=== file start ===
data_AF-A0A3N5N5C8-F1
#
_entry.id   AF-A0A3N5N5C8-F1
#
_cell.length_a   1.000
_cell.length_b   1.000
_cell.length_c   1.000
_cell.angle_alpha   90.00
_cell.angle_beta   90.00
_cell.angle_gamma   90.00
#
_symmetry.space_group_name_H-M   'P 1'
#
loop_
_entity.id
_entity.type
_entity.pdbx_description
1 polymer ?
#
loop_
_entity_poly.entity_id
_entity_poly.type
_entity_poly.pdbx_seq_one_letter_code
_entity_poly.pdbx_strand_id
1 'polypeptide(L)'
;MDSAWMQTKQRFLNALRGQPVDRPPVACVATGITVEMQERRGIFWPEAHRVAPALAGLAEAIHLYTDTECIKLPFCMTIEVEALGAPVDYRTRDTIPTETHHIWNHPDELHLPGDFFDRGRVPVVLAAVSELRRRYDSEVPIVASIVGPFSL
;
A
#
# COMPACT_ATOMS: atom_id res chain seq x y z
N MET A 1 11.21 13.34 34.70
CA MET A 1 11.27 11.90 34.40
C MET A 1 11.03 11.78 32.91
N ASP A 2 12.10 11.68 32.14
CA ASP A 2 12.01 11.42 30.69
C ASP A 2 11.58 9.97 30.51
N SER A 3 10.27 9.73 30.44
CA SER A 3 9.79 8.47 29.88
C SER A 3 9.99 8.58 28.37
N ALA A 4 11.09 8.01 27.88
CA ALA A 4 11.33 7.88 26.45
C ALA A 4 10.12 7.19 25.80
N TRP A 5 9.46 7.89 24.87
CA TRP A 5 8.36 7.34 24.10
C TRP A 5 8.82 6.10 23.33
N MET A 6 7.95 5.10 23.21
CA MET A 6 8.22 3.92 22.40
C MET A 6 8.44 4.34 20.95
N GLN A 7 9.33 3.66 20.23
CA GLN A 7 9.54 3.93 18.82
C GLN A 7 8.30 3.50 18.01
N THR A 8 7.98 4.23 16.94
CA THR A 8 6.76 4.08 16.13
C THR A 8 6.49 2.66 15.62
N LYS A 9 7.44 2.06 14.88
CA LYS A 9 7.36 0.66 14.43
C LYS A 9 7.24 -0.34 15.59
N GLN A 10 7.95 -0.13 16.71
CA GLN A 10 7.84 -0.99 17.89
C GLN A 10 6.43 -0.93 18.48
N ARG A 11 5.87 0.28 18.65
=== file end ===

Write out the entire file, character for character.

data_AF-A0A3N5N5C8-F1
#
_entry.id   AF-A0A3N5N5C8-F1
#
_cell.length_a   1.000
_cell.length_b   1.000
_cell.length_c   1.000
_cell.angle_alpha   90.00
_cell.angle_beta   90.00
_cell.angle_gamma   90.00
#
_symmetry.space_group_name_H-M   'P 1'
#
loop_
_entity.id
_entity.type
_entity.pdbx_description
1 polymer ?
#
loop_
_entity_poly.entity_id
_entity_poly.type
_entity_poly.pdbx_seq_one_letter_code
_entity_poly.pdbx_strand_id
1 'polypeptide(L)'
;MDSAWMQTKQRFLNALRGQPVDRPPVACVATGITVEMQERRGIFWPEAHRVAPALAGLAEAIHLYTDTECIKLPFCMTIEVEALGAPVDYRTRDTIPTETHHIWNHPDELHLPGDFFDRGRVPVVLAAVSELRRRYDSEVPIVASIVGPFSL
;
A
#
# COMPACT_ATOMS: atom_id res chain seq x y z
N MET A 1 11.21 13.34 34.70
CA MET A 1 11.27 11.90 34.40
C MET A 1 11.03 11.78 32.91
N ASP A 2 12.10 11.68 32.14
CA ASP A 2 12.01 11.42 30.69
C ASP A 2 11.58 9.97 30.51
N SER A 3 10.27 9.73 30.44
CA SER A 3 9.79 8.47 29.88
C SER A 3 9.99 8.58 28.37
N ALA A 4 11.09 8.01 27.88
CA ALA A 4 11.33 7.88 26.45
C ALA A 4 10.12 7.19 25.80
N TRP A 5 9.46 7.89 24.87
CA TRP A 5 8.36 7.34 24.10
C TRP A 5 8.82 6.10 23.33
N MET A 6 7.95 5.10 23.21
CA MET A 6 8.22 3.92 22.40
C MET A 6 8.44 4.34 20.95
N GLN A 7 9.33 3.66 20.23
CA GLN A 7 9.54 3.93 18.82
C GLN A 7 8.30 3.50 18.01
N THR A 8 7.98 4.23 16.94
CA THR A 8 6.76 4.08 16.13
C THR A 8 6.49 2.66 15.62
N LYS A 9 7.44 2.06 14.88
CA LYS A 9 7.36 0.66 14.43
C LYS A 9 7.24 -0.34 15.59
N GLN A 10 7.95 -0.13 16.71
CA GLN A 10 7.84 -0.99 17.89
C GLN A 10 6.43 -0.93 18.48
N ARG A 11 5.87 0.28 18.65